Texas Appeals Court Says Federal Law Preempts State on Air Ambulance Fees

An appellate court in Texas has ruled that federal law, as opposed to state regulation, prevails when it comes to the amount an air ambulance service may charge insurance companies for its services, Insurance Journal reports.

Lawmakers debate repealing Michigan’s no-fault auto insurance system

A bill package was introduced in the state House this week. It would take Michigan from being a no fault state to a full tort or at-fault system. reports.

A.M. Best Calculates P/C Insurers’ Underwriting Loss for 2017

The expected net underwriting loss for 2017 of $29.3 billion – which follows a $6.5 billion loss in 2016 – will cause pre-tax operating income to decline substantially to $14.8 billion from $41.1 billion in 2016, according to the Best’s Market Segment Report, titled, “U.S. Property/Casualty 2018 Review & Preview.”  Insurance Journal reports.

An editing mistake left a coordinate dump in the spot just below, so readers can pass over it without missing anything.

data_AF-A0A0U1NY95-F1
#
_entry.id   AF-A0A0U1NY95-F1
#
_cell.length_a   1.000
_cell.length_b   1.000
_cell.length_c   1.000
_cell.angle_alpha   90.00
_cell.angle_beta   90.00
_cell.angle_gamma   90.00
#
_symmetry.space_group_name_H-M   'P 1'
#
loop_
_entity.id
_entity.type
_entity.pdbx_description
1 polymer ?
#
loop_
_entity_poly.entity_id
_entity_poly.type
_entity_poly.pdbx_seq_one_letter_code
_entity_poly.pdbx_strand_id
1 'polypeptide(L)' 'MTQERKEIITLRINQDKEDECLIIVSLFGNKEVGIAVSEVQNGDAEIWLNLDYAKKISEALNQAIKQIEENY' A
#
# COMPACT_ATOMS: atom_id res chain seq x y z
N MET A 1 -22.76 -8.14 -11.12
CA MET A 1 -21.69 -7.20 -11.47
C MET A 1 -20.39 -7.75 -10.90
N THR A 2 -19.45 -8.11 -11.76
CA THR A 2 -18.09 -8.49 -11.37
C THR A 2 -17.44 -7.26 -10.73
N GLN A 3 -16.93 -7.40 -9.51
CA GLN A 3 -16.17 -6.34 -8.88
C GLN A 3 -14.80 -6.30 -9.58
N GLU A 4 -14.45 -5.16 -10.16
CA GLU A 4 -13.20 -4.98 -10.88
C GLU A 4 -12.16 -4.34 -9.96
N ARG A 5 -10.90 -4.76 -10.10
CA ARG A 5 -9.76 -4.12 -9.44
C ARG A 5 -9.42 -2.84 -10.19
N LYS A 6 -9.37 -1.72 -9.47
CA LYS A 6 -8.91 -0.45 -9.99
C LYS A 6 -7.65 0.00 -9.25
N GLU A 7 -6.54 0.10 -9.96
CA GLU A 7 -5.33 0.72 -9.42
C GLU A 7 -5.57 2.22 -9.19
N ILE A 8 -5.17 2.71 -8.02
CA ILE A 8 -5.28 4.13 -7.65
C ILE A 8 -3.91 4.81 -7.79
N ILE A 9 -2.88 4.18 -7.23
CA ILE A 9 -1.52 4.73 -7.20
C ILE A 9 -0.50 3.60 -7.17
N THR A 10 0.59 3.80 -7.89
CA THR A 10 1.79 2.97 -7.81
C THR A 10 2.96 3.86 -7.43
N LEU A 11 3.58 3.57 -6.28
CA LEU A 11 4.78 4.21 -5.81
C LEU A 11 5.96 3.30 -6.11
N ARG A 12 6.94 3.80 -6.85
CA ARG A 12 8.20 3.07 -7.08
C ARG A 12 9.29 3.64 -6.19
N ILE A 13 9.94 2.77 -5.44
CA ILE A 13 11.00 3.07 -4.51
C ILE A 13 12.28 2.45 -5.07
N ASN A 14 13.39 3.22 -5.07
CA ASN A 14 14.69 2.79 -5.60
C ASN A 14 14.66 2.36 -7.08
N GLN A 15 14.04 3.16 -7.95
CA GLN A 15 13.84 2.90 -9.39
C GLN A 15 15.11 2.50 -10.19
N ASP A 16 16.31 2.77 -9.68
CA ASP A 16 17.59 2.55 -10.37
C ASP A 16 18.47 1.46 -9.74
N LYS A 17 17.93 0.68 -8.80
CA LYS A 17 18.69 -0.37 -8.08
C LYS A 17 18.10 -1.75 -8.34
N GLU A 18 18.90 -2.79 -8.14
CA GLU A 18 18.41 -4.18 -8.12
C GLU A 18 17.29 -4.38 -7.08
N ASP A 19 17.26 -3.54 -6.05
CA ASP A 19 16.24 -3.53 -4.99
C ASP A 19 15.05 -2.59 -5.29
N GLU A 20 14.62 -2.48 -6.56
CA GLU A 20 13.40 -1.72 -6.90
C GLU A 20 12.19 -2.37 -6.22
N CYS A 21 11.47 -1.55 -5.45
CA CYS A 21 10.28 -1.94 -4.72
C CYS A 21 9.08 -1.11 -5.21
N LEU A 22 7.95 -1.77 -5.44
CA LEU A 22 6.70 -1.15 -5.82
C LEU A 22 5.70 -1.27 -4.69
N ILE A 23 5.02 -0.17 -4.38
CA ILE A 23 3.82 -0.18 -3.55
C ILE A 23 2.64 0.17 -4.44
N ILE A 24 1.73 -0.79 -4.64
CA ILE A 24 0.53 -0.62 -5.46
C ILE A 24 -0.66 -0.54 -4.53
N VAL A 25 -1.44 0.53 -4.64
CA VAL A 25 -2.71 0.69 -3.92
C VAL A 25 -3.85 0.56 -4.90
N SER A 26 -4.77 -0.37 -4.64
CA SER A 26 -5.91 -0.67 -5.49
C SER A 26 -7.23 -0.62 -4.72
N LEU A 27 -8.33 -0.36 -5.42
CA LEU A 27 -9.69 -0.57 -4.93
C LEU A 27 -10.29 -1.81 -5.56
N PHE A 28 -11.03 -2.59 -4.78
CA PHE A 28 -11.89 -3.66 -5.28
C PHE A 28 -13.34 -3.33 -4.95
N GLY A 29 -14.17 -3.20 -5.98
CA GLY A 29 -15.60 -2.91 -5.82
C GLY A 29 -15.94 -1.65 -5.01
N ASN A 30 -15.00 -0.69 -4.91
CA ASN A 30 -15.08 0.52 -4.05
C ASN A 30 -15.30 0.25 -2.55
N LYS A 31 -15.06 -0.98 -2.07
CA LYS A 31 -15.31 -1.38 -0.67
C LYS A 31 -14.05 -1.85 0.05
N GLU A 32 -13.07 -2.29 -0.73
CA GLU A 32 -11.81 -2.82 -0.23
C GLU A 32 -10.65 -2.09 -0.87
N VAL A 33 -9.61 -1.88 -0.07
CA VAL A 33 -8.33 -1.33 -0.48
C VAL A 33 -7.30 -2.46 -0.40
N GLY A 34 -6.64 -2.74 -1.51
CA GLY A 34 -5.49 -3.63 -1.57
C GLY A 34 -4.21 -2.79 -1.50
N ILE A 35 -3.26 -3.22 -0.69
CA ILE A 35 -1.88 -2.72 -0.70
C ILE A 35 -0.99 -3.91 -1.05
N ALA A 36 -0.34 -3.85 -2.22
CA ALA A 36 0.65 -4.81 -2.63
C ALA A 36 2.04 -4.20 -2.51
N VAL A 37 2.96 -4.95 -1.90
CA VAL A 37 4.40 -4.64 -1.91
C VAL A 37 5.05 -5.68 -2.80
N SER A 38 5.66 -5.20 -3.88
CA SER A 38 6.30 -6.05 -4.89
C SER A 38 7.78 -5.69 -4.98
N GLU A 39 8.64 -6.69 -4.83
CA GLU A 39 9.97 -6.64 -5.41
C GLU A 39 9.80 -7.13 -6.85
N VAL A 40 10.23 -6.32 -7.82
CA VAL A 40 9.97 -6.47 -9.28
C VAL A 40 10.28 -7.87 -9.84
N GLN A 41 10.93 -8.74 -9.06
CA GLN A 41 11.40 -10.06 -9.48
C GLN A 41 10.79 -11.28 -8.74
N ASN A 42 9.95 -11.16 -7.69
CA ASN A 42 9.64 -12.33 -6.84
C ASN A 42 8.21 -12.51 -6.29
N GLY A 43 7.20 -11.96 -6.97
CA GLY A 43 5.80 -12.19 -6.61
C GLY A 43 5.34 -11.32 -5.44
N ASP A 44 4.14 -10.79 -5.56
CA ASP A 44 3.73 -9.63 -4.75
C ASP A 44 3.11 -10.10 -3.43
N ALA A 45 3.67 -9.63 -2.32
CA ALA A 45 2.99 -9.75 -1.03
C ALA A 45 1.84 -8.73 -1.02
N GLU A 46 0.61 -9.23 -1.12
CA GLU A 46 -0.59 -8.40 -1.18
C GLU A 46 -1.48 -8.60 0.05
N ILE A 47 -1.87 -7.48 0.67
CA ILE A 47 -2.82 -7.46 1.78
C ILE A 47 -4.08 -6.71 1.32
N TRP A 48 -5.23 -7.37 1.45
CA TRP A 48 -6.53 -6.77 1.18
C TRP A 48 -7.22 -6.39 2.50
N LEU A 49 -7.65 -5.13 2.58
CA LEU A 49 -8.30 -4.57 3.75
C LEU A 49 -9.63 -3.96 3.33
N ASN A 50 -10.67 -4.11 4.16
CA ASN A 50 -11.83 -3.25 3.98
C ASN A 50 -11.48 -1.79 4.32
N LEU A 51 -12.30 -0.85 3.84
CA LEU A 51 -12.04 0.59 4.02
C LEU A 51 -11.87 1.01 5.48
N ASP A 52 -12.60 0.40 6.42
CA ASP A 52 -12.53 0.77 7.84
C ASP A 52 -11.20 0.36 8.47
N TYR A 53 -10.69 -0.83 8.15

The shifting role of reinsurance

As the cogs of change churn through the reinsurance industry bringing new market entrants, InsurTech, and block-chain technologies which promise to rewrite the standard modus operandi, the Reinsurance Association of America President Frank Nutter discussed the challenges of reinsurance adaptation.

Au pairs get certification in class-action suit against recruiters

US District Judge Christine Arguello has certified several classes covering more than 90,000 au pairs who are suing companies that recruited them to work for US families.  Reuters reports via the PLI SmartBrief.